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Chicago Statement Offers No Help

Though the Chicago Statement on Inerrancy has good content, it still fails at a critical point: verbal plenary preservation. Isolating inerrancy to manuscripts no longer in our possessions leaves a gaping hole in the defense. A brother offers a whimsical illustration of this problem.

Blog - 1 page; 2018

Below is the first part of Article 10 from the "Chicago Statement of Biblical Inerrancy", which apparently is fairly popular among reformed Christians today. It's also found on the Center for Reformed Theology and Apologetics website. Don't worry about reading the rest of what the statement says - none of it matters after you read Article 10:

"WE AFFIRM  that inspiration, strictly speaking, applies only to the autographic text of Scripture, which in the providence of God can be ascertained from available manuscripts with great accuracy. We further affirm that copies and translations of Scripture are the Word of God to the extent that they faithfully represent the original."

 

Christian: "Preacher, how do we know the Scriptures we have today have "great accuracy" compared to the originals if we don't have any originals?"

Preacher: "Well we have many available manuscripts today to compare them to."

Christian: "But I thought you said copies and translations are faithful only to the extent they represent the original?"

Preacher: "Yes, that's what I said."

Christian: "But if I don't have the originals, I don't know how faithful the copies are according to your statement."

Preacher: "Well, we have a pretty good idea of what the originals said based on the manuscripts we have available today."

Christian: "But you said those are faithful only to the extent they faithfully represent the original, so how do I know if any of them are faithful if I don't have any originals?

Preacher: "Well, a team of well respected theologians with PhDs wrote that statement so it must be correct, even if it doesn't make any sense."

Christian: "Preacher, I have another question based on what Article 10 says - to what extent does my King James Bible "faithfully represent the original"?"

Preacher: "To a great extent, based on the available copies they had."

Christian: "But the same thing you said about translations you also said about copies, that their accuracy is based on their faithfulness to the original, which we don't have."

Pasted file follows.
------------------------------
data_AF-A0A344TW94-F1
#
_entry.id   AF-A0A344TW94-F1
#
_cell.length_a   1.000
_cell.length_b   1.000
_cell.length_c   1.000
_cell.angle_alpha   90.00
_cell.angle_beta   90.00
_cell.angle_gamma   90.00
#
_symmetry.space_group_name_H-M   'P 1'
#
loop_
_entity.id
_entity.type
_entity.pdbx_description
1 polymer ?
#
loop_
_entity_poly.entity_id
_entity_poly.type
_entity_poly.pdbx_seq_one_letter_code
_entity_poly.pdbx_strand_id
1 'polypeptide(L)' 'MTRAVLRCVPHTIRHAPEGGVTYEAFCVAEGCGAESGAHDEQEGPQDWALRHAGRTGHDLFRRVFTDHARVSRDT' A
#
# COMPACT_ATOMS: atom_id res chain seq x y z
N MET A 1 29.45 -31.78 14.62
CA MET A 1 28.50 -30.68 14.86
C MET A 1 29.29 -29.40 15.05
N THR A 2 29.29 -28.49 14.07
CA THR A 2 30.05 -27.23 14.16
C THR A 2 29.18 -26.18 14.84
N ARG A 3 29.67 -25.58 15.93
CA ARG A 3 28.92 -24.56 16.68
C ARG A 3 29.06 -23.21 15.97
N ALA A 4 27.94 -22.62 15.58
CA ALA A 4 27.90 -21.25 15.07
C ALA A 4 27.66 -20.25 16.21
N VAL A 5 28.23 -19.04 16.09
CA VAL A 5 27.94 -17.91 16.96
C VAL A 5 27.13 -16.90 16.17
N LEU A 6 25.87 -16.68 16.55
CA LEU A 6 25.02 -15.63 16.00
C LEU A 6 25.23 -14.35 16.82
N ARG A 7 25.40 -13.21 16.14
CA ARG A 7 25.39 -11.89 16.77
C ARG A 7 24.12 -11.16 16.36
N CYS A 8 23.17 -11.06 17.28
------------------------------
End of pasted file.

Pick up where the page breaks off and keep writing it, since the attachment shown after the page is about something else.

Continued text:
Preacher: "I understand this doesn't make any sense to you, but rest assured, Brothers A-Z are faithful men and they met together and produced this statement, and many other faithful men endorse this. Plus, 99% percent of the manuscripts agree, so the large majority of your Bible is very likely to faithfully represent the original."

Christian: "Although this still doesn't make sense to me, given what you just said, which parts of my Bible do not faithfully represent the original."

Preacher: "Well, we think the end of Mark, 1 John 5:7,..."

Christian: "You think? Isn't this called the "Chicago Statement of Biblical Inerrancy?"

Preacher: "Um, uh, um..."

Christian: "So just to clarify, this statement on Biblical inerrancy is telling me there's errors not only in my King James Bible, but also likely in all the Bible's we have today?"

Preacher: "Uh, um, uh..."

 

In John 10:35, speaking of Psalm 82, verse 6 (that's pretty specific), Jesus said, "the scripture cannot broken". "Cannot" = it is not able to be broken, there exists no power to break it).

"But our God is in the heavens: he hath done whatsoever he hath pleased." (Psalm 115:3)

"Thy word is true from the beginning: and every one of thy righteous judgments endureth for ever." (Psalm 119:160)

"I will worship toward thy holy temple, and praise thy name for thy lovingkindness and for thy truth: for thou hast magnified thy word above all thy name." (Psalm 138:2)

"Cease ye from man, whose breath is in his nostrils: for wherein is he to be accounted of?" (Isaiah 2:22)

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